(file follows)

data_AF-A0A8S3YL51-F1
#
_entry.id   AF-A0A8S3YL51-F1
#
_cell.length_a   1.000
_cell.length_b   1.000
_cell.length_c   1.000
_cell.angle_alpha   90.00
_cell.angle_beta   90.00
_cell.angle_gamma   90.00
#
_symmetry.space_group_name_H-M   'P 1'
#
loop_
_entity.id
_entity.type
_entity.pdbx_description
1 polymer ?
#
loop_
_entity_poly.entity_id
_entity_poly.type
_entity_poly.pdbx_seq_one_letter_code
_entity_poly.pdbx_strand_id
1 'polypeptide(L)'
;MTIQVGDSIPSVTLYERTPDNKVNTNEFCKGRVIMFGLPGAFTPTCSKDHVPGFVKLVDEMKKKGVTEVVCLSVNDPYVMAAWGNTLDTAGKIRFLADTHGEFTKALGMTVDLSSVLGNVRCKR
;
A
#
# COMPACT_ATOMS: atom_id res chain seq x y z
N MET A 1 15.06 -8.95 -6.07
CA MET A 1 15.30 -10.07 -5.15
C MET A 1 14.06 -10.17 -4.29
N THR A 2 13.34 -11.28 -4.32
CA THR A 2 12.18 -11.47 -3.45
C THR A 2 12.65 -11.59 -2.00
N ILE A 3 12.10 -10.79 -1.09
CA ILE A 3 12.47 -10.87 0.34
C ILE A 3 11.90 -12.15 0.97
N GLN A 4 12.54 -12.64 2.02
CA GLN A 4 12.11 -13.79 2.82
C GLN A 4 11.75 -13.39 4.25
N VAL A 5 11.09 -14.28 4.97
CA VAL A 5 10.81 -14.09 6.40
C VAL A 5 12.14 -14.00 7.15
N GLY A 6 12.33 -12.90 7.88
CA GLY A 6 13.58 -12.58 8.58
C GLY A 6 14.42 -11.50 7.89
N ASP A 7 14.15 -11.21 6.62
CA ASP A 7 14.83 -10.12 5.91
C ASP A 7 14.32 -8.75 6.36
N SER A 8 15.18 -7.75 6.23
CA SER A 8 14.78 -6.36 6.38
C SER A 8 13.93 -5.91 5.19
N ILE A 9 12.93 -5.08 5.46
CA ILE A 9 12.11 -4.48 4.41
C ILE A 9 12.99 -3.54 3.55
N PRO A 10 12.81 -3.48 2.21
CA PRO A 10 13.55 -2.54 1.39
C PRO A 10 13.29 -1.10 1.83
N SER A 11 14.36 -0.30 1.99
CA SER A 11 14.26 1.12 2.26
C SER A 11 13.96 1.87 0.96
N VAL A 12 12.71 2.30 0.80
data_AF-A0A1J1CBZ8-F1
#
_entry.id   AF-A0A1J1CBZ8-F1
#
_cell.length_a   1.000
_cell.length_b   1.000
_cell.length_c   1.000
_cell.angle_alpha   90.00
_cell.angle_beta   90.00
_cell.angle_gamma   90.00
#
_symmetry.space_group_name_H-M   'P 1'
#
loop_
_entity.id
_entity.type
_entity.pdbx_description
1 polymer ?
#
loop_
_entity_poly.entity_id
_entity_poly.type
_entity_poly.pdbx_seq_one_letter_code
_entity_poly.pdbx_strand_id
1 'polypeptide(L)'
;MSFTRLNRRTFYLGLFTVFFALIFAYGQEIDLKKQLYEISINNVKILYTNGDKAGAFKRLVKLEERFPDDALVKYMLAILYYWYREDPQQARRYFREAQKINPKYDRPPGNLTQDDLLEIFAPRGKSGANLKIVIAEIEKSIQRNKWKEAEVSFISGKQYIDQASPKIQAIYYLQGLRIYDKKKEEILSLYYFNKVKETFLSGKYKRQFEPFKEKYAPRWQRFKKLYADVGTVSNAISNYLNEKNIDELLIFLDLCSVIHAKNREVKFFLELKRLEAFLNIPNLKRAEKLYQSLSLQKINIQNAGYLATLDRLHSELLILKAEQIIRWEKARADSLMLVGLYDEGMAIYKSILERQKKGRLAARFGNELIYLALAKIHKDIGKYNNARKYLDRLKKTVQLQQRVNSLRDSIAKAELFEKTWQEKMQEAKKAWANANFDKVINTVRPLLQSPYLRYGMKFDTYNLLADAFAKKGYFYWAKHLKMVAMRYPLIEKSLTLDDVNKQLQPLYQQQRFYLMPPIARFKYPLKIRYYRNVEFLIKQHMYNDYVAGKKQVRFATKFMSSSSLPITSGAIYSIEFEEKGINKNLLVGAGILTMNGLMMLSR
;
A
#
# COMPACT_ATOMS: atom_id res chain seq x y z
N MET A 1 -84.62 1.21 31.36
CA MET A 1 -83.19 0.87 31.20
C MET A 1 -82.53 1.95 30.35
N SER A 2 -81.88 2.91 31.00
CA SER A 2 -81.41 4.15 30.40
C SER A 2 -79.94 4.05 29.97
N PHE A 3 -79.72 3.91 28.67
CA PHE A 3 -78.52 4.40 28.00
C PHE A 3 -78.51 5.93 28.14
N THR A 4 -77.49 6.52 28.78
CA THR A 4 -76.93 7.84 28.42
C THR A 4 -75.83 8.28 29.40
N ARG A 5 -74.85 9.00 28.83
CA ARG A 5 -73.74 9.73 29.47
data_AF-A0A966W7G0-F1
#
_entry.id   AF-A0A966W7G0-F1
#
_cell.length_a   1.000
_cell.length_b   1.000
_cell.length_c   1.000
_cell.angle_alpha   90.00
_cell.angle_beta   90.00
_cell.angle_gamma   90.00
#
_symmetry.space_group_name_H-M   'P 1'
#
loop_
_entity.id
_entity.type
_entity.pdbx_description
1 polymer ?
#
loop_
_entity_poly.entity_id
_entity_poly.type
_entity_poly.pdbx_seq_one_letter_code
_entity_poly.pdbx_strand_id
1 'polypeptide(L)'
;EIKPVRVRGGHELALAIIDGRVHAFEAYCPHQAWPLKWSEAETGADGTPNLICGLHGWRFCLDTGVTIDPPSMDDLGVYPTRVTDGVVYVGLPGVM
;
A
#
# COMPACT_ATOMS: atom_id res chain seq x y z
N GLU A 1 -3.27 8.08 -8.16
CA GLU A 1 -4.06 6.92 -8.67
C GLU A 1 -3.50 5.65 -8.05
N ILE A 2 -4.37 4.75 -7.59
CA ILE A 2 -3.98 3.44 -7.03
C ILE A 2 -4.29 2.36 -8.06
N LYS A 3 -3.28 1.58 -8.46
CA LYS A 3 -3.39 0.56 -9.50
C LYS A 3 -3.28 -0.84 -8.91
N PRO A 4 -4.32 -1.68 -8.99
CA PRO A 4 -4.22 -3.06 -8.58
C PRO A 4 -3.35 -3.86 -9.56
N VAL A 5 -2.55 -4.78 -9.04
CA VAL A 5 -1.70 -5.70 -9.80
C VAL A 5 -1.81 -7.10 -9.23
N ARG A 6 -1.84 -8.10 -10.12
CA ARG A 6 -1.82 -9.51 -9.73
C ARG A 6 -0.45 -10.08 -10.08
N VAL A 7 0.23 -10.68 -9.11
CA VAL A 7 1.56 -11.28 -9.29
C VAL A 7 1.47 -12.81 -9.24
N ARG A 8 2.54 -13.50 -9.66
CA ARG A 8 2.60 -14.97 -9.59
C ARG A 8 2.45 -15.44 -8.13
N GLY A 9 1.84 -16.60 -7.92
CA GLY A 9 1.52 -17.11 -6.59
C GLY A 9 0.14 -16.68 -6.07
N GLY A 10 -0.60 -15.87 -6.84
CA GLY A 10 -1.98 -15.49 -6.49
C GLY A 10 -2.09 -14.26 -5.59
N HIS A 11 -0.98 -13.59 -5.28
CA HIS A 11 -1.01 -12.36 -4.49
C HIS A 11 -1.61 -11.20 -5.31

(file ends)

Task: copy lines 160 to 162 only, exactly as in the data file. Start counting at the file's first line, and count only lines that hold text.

N ARG A 8 2.54 -13.50 -9.66
CA ARG A 8 2.60 -14.97 -9.59
C ARG A 8 2.45 -15.44 -8.13